Ask Deemable Tech: Heartbleed, Passwords And You
You may have heard in the news recently about a dangerous internet bug known as "Heartbleed" which could be putting your personal information at risk. Don't worry, Deemable Tech has everything you need to know to protect yourself.
What is Heartbleed?
Heartbleed is a “vulnerability," or a hole in the elaborate security systems in place around the web. Imagine if there was one company that made over half the locks on doors in the world. Now imagine that someone discovered that all those locks could be picked easily and without anyone noticing. That frightening situation is basically what has happened on the internet.
To put it simply, Heartbleed is basically a programming error that makes many secure websites less secure. When you visit a page that asks for private information, such as a password or a credit card number, that page almost always has a lock icon beside its web address. This means that the page uses SSL, the technology that secures web pages with sensitive information. A popular and widespread version of SSL is OpenSSL, which is used by almost 60 percent of all websites. OpenSSL is where this bug was found.
On some versions of this system a small but critical error made it possible for a hacker to "snoop" the encrypted data being passed back and forth without being detected. Experts estimate that this problem has existed for the past two years.
While some internet security threats are overblown, this one is real. World-renowned internet security expert and author Bruce Schneier recently stated that "on a scale of 1 to 10, this is an 11.”
What Can I Do About It?
The bad news is that there is not a lot that ordinary users can do about this. It is up to the companies that run the compromised websites to fix it. Patches are available, and IT administrators world-wide should be scrambling to implement them.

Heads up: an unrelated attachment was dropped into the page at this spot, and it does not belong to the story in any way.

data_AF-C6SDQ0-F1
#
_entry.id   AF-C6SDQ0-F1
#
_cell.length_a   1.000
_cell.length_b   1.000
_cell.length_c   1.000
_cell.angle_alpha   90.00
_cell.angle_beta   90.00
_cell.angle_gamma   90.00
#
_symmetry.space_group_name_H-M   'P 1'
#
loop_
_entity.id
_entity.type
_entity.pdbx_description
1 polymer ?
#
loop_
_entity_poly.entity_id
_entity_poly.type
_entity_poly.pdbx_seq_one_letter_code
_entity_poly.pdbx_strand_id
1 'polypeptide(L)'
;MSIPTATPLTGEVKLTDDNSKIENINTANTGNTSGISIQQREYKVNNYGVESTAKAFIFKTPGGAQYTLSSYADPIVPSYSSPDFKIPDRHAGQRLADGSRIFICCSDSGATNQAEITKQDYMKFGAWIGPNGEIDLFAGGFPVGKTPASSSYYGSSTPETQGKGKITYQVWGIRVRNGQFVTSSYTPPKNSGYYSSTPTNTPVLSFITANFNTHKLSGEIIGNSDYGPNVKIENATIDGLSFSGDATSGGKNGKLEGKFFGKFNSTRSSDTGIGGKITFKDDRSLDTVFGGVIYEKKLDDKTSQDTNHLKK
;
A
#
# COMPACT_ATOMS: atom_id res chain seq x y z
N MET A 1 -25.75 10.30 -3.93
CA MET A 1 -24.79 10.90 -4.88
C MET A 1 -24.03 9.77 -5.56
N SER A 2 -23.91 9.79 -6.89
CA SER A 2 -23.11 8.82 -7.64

For the moment, the best thing you can do is to avoid compromised websites that have not yet been fixed. How do you know if a site is compromised? You can check it by entering the address of the site at this page: http://filippo.io/Heartbleed/
Major websites that are known to be SAFE and were UNAFFECTED include:
- Microsoft (and sub-sites)
- Most banking websites
Major websites that are SAFE but had been PREVIOUSLY AFFECTED include:
Mashable has a long list of sites that were affected with up-to-date information about their security status.
Should I Change My Passwords?
Yes, as long as the website you are changing your password on has been fixed. If you change your password on a site that is still vulnerable, hackers can simply grab your new password! At this point, however, it should be safe to change your password virtually everywhere.
Your best bet to protect yourself is to use separate passwords for every website.
We have long preached the virtues of password managers. These are programs that can generate truly random passwords and remember which password goes with which website for you. It used to be just a good idea to use a password manager, but now you need to seriously consider using one.
The password managers we recommend are LastPass, DashLane and KeePass. LastPass and DashLane store your passwords in a very secure cloud so you can access them from all your computers and mobile devices. KeePass stores them on your hard drive. Use whichever feels more comfortable to you, but please use one!
If you are dead set against password managers, you should still try to use different passwords for different sites. Your Amazon password should be different from your email password, which should be different from your bank password. To help you remember these passwords, consider writing them down and storing them somewhere safe at home - like, maybe in a safe!
What Else Can I Do?
Become better educated about internet security! With so much of our lives now stored online, this is a topic that affects virtually everyone. Knowing good password practices, like how to make a hard-to-guess password and that you should have separate passwords for separate websites, is critical.
Check websites that you regularly visit for the Heartbleed vulnerability using the link above. If you find that one has problems, you could try emailing their IT administrators to inform them and find out what steps are being taken. In the meantime, stay off of that website. Once the hole is plugged, log in and change your password.
Keep an eye on bank statements and credit card information for unusual activity. Heartbleed was discovered by security researchers. We have no proof that hackers have been using it, but the possibility exists. That means you need to take precautions to protect yourself in the digital world.